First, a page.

As we close out 2020 and look back a year, we see that predictions were well off the mark …but honestly, who could have predicted the year we had? The year of the COVIDs drove buying priorities in unexpected areas. Riots in Minneapolis and other large US cities has driven spending in the public sector to support deployment of police services. The private sector is looking outside of metro areas for expansion. Events have conspired to make us liars.
The big, bad, Virus (yes, capitalized) sent us home and kept us there in 2020.
Businesses closed their office doors, schools closed theirs as well. Office goods were in heavy demand in 2020 as corporate America converted residential space into home offices. How long will this continue? That’s outside of our wheelhouse, but we can definitely say that without a widely available vaccine, your home office will remain your primary office in 2021.
As we continue to “work-from-home”, the videoconference meetings will continue. We have adapted quickly into a remote workforce, moving from in-person conversations to online chats and video calls in what seemed the blink of an eye. Videoconferencing technologies based in the Cloud went from leading edge technology to commonplace in a very short time. The move to the Cloud was accelerated in 2020 and doesn’t show signs of slowing.
Schools will continue to look for opportunities to lean on technology to bring better learning to their remote student populations.
The battle over 5G market share has begun.
The FCC held auctions in late 2020 which will increase the available spectrum for mobile communications. 5G devices are expected to fill the gap as mobile providers build out their antenna infrastructure to support additional frequencies. Low latency, high bandwidth wireless communication will continue to drive deployment of remote infrastructure (equipment, buildings, mobile centers) which will be centrally managed. Private LTE, WiFi, BLE, and other wireless standards will be affected by the inrush of 5G devices.
Services that have become commonplace in 2020, like contactless delivery and shipping, benefit directly from proliferation of 5G. Increased speed and throughput make it easier to collect and transmit data to and from the edge. 2021 will continue to prove to the marketplace that there is opportunity in delivering services and products direct to the customer in their home offices, at the edge.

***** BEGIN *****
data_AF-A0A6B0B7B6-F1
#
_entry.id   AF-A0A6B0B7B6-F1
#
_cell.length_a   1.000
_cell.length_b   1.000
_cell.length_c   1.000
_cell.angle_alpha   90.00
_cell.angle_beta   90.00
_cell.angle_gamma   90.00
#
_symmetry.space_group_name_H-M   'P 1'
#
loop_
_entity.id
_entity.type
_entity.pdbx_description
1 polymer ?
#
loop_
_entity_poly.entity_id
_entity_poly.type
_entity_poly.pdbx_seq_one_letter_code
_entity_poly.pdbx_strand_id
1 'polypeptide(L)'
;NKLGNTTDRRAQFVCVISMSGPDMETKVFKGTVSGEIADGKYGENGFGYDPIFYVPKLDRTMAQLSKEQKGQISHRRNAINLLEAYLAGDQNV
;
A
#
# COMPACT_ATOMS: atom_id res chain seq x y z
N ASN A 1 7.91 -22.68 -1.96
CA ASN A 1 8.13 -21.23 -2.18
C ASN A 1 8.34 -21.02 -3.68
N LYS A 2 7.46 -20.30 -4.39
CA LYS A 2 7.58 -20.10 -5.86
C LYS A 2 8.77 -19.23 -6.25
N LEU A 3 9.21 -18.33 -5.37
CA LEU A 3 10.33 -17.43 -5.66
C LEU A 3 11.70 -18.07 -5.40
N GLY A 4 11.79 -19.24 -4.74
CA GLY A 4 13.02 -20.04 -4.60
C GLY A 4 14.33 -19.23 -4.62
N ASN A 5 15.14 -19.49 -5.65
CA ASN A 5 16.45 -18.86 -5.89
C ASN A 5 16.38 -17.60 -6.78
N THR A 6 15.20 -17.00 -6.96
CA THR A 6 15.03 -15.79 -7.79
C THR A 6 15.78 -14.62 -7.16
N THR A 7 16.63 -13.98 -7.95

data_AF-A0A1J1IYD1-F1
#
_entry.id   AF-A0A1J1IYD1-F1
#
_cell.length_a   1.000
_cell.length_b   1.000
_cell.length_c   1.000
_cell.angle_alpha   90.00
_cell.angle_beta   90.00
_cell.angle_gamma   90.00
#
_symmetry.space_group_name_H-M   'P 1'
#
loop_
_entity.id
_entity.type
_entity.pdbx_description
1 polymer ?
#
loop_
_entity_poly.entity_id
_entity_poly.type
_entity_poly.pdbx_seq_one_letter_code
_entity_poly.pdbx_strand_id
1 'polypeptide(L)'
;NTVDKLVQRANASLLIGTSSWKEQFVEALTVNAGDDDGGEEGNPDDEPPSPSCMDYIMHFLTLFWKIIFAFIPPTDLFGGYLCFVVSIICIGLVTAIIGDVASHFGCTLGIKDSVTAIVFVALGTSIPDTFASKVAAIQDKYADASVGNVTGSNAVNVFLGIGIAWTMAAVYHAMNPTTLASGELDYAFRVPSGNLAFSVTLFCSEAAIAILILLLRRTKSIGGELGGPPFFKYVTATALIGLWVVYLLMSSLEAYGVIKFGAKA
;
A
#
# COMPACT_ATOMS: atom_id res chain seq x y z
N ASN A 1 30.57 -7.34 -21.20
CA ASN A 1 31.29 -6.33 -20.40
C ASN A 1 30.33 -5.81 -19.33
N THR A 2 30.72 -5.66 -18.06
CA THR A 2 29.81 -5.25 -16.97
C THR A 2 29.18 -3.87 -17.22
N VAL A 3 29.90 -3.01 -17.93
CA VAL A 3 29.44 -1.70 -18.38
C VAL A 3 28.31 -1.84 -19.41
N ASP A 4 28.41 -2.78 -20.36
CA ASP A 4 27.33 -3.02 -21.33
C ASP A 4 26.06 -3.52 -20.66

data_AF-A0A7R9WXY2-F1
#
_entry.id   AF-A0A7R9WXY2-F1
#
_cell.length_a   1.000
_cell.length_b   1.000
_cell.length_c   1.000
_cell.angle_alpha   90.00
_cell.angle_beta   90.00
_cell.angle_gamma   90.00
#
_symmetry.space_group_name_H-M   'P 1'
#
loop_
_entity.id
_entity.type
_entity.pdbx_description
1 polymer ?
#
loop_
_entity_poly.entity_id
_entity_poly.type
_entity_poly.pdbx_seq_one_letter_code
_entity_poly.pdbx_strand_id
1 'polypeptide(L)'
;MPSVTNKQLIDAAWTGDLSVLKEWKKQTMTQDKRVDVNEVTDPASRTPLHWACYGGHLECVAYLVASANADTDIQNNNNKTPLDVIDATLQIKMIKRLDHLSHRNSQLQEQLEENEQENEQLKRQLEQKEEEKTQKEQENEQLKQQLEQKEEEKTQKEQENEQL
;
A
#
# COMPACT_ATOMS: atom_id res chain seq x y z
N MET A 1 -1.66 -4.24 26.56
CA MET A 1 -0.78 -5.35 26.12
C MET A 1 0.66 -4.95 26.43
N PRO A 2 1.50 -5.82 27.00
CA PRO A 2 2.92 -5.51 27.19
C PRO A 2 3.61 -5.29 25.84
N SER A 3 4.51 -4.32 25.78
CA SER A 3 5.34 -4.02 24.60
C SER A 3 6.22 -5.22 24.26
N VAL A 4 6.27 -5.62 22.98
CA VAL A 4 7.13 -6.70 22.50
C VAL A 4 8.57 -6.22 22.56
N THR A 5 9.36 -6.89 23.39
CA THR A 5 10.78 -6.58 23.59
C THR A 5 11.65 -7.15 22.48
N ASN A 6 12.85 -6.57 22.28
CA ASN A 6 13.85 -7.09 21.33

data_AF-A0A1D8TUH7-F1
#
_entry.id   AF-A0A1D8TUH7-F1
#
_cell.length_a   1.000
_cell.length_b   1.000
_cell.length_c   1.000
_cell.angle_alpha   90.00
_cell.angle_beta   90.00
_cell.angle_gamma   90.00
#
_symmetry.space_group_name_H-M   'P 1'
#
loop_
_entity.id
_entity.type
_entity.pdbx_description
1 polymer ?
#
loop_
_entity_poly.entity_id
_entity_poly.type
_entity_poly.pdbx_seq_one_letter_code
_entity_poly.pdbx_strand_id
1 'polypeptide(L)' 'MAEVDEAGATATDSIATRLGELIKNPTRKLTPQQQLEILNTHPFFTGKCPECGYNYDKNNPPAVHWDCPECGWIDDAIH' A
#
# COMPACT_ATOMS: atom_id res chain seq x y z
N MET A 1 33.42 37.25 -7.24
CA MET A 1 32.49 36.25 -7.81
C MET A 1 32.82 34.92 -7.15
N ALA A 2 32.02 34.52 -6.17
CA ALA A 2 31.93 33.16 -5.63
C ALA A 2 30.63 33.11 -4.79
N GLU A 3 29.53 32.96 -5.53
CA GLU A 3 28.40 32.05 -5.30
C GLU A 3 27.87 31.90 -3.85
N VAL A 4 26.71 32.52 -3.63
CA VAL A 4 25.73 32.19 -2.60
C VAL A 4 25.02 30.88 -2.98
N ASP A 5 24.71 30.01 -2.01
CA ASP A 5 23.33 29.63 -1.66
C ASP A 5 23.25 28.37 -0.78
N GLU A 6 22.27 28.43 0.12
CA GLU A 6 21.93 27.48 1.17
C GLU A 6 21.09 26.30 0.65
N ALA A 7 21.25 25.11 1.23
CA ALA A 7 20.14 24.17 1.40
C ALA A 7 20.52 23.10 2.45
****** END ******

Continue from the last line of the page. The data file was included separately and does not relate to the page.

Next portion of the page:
As the ability of technology to collect data gets better (camera analytics, IoT sensors, mobile phones), the security controls on the technology also need to get better and more transparent. The news fells incessant in this regard, security breaches of large corporations, and federal agencies is happening with alarming regularity. Government sponsored computer hacking is also widely covered in the press, and is a concern for business as well as the public sector. Ransomware is a new phrase that we have become quickly accustomed to.
Governments around the world are tightening controls on which foreign products can be imported into the country. Large foreign corporations have been accused of building products with back doors allowing unsavory companies and governments to watch from the inside. Your company’s data can be at risk.
AI classifiers are now accurate enough to detect racial features and identify individuals as belonging to distinct ethnic groups. Without controls on how information is used and anonymized, the data itself can be used as a weapon.
About the Author
As Director of Technology, Matt’s focus is on the impact of technology in the deployment of building infrastructure. In his role, he oversees the selection, estimation, design and delivery of projects with integrated technologies. Matt’s previous experience in data center design and construction has brought an emphasis on highly reliable and scalable solutions to Parallel’s deployment of smart building infrastructure. Since joining Parallel in 2013, Matt has been instrumental in identifying (and integrating) new technologies which improve the performance of customer buildings. A true engineer at heart, Matt holds Mechanical Engineering degrees from Carnegie-Mellon University (BS) and the University of New Mexico (MS).